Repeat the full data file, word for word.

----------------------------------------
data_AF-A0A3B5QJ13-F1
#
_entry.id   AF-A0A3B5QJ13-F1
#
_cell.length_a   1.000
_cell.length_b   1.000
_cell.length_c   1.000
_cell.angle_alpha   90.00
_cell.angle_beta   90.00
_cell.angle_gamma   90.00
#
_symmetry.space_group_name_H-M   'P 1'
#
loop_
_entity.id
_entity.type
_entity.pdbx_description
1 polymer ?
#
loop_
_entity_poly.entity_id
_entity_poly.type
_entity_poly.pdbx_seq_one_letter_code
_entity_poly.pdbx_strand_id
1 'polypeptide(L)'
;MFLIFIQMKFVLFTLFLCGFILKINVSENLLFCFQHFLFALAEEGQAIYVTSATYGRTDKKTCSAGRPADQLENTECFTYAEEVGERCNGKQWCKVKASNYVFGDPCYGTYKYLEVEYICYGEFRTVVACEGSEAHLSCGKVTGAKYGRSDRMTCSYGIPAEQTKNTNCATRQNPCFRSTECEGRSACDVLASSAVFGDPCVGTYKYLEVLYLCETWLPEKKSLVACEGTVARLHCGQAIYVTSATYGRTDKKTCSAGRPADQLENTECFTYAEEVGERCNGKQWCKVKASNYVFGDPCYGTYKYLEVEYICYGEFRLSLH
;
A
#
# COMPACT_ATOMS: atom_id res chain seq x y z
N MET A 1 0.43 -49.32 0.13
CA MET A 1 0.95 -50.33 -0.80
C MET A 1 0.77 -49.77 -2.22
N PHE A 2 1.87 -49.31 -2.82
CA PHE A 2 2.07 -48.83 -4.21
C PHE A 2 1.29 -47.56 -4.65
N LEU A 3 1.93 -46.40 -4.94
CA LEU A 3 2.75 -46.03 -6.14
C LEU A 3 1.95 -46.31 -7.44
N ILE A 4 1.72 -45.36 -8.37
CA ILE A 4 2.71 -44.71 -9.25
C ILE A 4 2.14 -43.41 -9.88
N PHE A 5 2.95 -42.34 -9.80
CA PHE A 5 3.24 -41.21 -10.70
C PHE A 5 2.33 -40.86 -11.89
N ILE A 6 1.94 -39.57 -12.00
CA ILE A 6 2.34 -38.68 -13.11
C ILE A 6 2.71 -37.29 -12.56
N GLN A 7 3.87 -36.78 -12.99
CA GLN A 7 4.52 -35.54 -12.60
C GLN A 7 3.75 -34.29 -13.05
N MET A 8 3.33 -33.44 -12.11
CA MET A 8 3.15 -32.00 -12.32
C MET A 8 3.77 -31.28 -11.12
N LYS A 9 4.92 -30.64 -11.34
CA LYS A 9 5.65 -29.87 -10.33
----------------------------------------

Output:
data_AF-A0A3B5QJ13-F1
#
_entry.id   AF-A0A3B5QJ13-F1
#
_cell.length_a   1.000
_cell.length_b   1.000
_cell.length_c   1.000
_cell.angle_alpha   90.00
_cell.angle_beta   90.00
_cell.angle_gamma   90.00
#
_symmetry.space_group_name_H-M   'P 1'
#
loop_
_entity.id
_entity.type
_entity.pdbx_description
1 polymer ?
#
loop_
_entity_poly.entity_id
_entity_poly.type
_entity_poly.pdbx_seq_one_letter_code
_entity_poly.pdbx_strand_id
1 'polypeptide(L)'
;MFLIFIQMKFVLFTLFLCGFILKINVSENLLFCFQHFLFALAEEGQAIYVTSATYGRTDKKTCSAGRPADQLENTECFTYAEEVGERCNGKQWCKVKASNYVFGDPCYGTYKYLEVEYICYGEFRTVVACEGSEAHLSCGKVTGAKYGRSDRMTCSYGIPAEQTKNTNCATRQNPCFRSTECEGRSACDVLASSAVFGDPCVGTYKYLEVLYLCETWLPEKKSLVACEGTVARLHCGQAIYVTSATYGRTDKKTCSAGRPADQLENTECFTYAEEVGERCNGKQWCKVKASNYVFGDPCYGTYKYLEVEYICYGEFRLSLH
;
A
#
# COMPACT_ATOMS: atom_id res chain seq x y z
N MET A 1 0.43 -49.32 0.13
CA MET A 1 0.95 -50.33 -0.80
C MET A 1 0.77 -49.77 -2.22
N PHE A 2 1.87 -49.31 -2.82
CA PHE A 2 2.07 -48.83 -4.21
C PHE A 2 1.29 -47.56 -4.65
N LEU A 3 1.93 -46.40 -4.94
CA LEU A 3 2.75 -46.03 -6.14
C LEU A 3 1.95 -46.31 -7.44
N ILE A 4 1.72 -45.36 -8.37
CA ILE A 4 2.71 -44.71 -9.25
C ILE A 4 2.14 -43.41 -9.88
N PHE A 5 2.95 -42.34 -9.80
CA PHE A 5 3.24 -41.21 -10.70
C PHE A 5 2.33 -40.86 -11.89
N ILE A 6 1.94 -39.57 -12.00
CA ILE A 6 2.34 -38.68 -13.11
C ILE A 6 2.71 -37.29 -12.56
N GLN A 7 3.87 -36.78 -12.99
CA GLN A 7 4.52 -35.54 -12.60
C GLN A 7 3.75 -34.29 -13.05
N MET A 8 3.33 -33.44 -12.11
CA MET A 8 3.15 -32.00 -12.32
C MET A 8 3.77 -31.28 -11.12
N LYS A 9 4.92 -30.64 -11.34
CA LYS A 9 5.65 -29.87 -10.33